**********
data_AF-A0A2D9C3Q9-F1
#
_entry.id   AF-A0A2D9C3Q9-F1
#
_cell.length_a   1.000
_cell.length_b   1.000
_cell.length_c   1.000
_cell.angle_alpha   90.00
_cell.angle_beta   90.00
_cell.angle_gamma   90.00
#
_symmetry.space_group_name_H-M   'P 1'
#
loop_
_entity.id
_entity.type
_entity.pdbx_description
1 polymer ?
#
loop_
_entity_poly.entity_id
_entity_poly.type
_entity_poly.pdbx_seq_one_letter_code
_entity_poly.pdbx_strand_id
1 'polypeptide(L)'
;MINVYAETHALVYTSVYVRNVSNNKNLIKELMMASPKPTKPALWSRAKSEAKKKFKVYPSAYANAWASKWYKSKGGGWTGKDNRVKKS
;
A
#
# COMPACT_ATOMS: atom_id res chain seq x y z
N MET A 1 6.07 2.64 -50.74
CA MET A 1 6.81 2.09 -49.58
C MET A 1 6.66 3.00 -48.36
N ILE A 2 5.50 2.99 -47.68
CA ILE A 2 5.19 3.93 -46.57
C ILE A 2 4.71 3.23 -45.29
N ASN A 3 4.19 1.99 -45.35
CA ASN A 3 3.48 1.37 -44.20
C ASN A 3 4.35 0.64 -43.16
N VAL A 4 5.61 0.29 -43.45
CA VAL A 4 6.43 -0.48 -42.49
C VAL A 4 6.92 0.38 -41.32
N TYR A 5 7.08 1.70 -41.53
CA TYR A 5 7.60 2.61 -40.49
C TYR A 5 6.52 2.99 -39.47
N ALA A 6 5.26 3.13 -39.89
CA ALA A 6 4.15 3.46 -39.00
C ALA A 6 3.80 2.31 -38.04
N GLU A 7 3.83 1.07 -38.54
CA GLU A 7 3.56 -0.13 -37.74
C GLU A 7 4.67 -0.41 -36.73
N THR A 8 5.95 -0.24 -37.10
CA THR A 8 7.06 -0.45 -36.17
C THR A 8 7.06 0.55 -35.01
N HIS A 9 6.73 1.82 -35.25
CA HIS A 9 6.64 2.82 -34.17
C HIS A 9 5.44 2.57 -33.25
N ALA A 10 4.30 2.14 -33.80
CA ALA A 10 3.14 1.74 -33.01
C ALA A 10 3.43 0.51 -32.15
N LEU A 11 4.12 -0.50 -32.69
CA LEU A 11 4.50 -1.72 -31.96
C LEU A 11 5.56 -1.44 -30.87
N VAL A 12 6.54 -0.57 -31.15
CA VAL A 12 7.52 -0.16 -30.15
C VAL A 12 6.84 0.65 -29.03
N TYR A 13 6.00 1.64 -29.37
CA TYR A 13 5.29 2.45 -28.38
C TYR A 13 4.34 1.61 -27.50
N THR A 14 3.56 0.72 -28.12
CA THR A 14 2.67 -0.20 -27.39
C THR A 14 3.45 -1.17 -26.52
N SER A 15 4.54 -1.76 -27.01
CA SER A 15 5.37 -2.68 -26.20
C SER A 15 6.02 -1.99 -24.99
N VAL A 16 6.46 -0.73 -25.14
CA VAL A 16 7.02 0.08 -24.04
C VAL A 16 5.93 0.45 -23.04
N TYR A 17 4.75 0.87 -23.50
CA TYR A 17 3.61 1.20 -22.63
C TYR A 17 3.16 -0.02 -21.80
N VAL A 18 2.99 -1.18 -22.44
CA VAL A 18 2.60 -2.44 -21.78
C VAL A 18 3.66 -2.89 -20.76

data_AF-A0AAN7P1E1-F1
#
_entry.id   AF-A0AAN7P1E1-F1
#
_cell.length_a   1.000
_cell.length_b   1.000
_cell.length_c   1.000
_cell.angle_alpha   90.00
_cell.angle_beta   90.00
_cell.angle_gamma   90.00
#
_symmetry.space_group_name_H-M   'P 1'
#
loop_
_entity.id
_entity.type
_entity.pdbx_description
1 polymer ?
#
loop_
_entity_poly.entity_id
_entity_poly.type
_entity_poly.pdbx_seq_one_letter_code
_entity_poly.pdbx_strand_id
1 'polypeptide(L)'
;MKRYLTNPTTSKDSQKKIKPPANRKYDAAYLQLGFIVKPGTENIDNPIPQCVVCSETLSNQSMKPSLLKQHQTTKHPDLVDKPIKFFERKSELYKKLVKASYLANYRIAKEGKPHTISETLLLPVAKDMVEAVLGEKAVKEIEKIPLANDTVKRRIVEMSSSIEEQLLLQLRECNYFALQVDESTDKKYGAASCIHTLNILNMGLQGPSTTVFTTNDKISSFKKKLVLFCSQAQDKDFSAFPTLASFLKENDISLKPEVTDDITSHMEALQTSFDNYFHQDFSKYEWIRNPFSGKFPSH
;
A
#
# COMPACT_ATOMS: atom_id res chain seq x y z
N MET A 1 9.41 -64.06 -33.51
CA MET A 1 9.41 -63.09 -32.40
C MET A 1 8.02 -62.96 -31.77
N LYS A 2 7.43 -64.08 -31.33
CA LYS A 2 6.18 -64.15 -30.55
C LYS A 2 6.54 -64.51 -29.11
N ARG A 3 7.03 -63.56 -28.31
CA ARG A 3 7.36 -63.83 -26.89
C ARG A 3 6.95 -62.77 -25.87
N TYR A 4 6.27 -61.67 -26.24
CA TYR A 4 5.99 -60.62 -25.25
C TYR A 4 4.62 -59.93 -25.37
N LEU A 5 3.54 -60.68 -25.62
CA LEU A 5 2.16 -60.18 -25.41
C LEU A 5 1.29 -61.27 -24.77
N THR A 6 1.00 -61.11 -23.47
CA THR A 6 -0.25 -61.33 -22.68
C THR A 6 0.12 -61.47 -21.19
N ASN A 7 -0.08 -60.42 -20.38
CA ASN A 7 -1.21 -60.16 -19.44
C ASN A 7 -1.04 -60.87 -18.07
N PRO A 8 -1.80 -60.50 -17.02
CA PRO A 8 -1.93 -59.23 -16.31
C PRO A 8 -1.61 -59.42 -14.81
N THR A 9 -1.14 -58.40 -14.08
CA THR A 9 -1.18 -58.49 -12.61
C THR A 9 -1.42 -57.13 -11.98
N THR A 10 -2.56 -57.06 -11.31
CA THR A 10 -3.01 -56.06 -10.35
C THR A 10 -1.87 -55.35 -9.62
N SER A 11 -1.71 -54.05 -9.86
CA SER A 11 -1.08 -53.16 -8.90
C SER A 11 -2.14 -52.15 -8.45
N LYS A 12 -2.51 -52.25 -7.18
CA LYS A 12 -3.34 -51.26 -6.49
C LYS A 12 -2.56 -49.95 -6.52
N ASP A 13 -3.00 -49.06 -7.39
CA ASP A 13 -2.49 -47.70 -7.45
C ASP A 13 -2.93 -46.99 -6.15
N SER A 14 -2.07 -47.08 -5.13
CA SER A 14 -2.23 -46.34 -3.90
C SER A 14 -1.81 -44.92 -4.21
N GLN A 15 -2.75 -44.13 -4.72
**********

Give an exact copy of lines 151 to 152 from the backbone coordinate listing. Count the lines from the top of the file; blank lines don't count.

N ASP A 13 -3.00 -49.06 -7.39
CA ASP A 13 -2.49 -47.70 -7.45